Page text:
Law is a discipline and profession that deals with the rules of conduct in a community. These rules are enforced by controlling authorities. They aim to provide citizens with a safe and prosperous community. As a profession, it is a very rewarding field. However, before you can practice law, you need to understand its elements.
Rule of law
A rule of law is an institution of a society that protects individual rights, provides protection for property and ensures the security of individuals. It is delivered by impartial, competent representatives who are accessible to the community they serve. These representatives must have the resources and independence to do their jobs effectively and fairly. In addition, they should reflect the composition of the communities they serve. The term rule of law is often misused to justify sectoral privileges for judicial personnel, or to allow unchallenged interpretations of the law.
In the most common sense, the term rule of law refers to equality before the law. It implies that all people are subject to the law and that the rulers must obey them. It is in contrast to tyranny or oligarchy. This principle dates back to the 12th century, when Archbishop Stephen Langton rallied the Barons of England to force King John to submit to the rule of law. Magna Carta was the result of this effort. It protected the rights of people and required the payment of taxes. It also formed the basis for the United States Constitution.
The formal elements of law are components of the legal system. They are logically and systematically interrelated. When they are viewed as a whole, they imply that the law is a body. In addition, the elements of law have some other characteristics. The author uses a common set of questions to examine different formal attributes.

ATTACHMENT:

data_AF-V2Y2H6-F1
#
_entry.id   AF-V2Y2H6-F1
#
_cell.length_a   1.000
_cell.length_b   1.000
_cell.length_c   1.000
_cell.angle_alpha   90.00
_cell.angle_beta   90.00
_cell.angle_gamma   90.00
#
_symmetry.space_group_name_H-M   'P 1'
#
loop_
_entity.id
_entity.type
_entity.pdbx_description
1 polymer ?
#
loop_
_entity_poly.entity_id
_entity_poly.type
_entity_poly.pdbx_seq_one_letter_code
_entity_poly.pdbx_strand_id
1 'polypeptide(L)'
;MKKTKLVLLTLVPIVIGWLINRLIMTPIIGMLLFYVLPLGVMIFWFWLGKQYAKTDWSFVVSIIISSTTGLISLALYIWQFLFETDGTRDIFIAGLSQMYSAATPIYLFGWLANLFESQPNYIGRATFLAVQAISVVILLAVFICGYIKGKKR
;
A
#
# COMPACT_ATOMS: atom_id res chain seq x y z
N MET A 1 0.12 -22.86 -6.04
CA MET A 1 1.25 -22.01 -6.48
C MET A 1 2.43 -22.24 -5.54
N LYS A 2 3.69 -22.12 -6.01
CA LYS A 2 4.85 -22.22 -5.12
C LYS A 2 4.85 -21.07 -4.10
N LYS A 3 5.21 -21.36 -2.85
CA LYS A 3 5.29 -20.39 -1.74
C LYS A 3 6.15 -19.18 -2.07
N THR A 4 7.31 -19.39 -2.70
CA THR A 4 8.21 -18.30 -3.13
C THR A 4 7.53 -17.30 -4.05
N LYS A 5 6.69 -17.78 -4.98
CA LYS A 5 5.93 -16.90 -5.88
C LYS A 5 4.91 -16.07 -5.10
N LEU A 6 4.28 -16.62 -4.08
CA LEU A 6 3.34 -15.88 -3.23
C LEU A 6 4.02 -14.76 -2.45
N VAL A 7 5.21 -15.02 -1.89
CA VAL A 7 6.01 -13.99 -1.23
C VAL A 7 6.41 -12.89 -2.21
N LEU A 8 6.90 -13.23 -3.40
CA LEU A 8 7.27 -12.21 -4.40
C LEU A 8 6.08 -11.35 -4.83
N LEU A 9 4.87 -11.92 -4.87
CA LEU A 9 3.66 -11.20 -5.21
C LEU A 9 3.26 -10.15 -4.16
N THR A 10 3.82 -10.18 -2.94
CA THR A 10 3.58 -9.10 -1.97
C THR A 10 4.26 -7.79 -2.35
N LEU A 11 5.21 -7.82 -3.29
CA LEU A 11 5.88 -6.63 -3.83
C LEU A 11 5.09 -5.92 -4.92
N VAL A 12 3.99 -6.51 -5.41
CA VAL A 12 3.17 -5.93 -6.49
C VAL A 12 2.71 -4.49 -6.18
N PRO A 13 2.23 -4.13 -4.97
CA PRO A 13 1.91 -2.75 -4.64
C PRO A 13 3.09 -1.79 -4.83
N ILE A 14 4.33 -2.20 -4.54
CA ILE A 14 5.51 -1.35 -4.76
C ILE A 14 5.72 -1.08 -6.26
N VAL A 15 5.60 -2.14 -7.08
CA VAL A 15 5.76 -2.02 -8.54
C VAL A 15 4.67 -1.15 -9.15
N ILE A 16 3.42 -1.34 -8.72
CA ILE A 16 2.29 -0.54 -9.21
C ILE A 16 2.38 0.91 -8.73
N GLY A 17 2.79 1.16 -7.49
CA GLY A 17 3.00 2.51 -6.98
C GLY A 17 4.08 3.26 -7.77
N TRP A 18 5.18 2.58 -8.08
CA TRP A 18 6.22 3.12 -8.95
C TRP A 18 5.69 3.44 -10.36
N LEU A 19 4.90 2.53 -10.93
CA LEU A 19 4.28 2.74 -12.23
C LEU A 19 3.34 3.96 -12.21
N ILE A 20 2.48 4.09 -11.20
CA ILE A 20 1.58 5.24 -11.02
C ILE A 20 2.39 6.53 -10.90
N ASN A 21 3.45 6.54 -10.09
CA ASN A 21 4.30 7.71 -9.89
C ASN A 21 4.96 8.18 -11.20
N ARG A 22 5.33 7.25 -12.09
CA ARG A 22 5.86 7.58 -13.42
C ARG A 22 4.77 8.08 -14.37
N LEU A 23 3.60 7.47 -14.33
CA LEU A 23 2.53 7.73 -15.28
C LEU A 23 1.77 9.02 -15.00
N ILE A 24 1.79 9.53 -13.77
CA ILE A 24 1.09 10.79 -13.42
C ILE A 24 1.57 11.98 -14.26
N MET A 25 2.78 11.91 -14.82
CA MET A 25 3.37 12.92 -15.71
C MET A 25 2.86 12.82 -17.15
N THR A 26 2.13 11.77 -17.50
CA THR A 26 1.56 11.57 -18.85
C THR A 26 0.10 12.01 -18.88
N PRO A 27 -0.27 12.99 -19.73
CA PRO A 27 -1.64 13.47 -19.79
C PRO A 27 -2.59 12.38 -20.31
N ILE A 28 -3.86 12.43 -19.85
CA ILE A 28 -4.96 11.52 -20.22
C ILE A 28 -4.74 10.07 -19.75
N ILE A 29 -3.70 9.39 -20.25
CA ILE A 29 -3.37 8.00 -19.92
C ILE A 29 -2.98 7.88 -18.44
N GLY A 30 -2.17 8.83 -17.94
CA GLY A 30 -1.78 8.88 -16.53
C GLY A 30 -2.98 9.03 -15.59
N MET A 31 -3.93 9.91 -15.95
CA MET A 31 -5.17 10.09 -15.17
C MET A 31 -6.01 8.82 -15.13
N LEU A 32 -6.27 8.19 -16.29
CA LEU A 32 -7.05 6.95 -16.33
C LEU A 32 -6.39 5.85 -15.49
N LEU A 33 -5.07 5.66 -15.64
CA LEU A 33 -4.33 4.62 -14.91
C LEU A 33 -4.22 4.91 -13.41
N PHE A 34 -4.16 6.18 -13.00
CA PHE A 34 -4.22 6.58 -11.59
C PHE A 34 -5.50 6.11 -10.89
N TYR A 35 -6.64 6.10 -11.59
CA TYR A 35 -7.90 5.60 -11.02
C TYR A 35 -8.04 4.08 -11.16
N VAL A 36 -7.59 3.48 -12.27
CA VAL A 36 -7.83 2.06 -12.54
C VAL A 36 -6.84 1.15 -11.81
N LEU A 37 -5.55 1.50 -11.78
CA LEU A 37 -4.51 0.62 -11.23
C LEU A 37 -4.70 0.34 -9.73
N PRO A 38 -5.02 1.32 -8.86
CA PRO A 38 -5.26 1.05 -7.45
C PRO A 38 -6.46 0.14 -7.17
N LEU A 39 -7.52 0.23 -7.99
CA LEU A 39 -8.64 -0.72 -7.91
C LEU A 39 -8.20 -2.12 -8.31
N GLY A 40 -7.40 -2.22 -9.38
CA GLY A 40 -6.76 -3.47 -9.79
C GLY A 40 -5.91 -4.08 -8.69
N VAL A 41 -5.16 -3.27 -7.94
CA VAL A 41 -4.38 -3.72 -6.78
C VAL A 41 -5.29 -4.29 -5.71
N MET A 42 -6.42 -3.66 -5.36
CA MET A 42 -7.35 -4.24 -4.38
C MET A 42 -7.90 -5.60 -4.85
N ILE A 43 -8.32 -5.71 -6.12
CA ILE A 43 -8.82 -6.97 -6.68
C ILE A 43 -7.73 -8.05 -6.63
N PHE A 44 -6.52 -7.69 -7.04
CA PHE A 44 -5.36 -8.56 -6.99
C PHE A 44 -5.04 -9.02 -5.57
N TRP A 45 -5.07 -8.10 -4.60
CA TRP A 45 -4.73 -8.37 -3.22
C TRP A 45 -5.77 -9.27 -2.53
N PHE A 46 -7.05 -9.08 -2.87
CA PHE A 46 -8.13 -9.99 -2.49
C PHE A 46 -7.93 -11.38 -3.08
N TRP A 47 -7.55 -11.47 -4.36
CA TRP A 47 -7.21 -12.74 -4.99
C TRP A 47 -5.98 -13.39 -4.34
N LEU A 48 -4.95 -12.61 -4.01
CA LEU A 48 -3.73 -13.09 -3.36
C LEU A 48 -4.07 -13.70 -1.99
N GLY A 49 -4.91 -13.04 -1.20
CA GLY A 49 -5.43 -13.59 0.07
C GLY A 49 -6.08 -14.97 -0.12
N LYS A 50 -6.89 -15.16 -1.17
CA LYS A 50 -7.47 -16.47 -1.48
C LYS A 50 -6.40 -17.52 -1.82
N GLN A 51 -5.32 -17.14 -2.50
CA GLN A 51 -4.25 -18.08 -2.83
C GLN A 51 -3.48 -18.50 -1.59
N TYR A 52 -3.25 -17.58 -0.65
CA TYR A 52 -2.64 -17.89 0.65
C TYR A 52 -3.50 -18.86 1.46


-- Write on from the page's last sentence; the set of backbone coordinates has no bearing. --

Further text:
A formal contract must contain at least four elements: an offer, acceptance, and consideration. These elements are what make a legal contract valid. The offer is the first formal element. When the offeree accepts, the offer becomes a legally binding agreement.
The process by which rights are determined and enforced by courts and tribunals is a central part of law. Without effective procedural rules, a legal system would be inefficient, unfair, and likely to upset social peace. This volume illustrates various forms of procedural law from the viewpoints of sociology, political theory, and philosophy.
A formal procedural process is necessary to protect the interests of both sides in a case. This type of law describes the steps that must be taken in order to enforce a contract or a legal right. While substantive law explains the content of a contract, procedural law is concerned with the method by which it should be enforced.
Values of law relate to the orderly interaction between individuals in a community. Law does not necessarily create good or bad, although a good law will always be better than a bad law. A good law will ensure that individuals will be able to interact with each other in predictable ways, and it will help to restrain power abuses.
While law is a practical undertaking anchored in an institutional and political system, it also seeks to provide reasons that go beyond the social “facts.” Law links to values, and these values must be understood as subjective, historically and culturally developed ideas. This claim is essential to legal discourse.
Opponents of law argue that laws violate people’s rights and freedoms. They point to a recent case in South Korea, where the Constitutional Court will hold the first open hearings on the constitutionality of the National Security Act, which defines certain domestic and overseas organizations as anti-state. Human rights watchdogs have called on the court to strike down the law.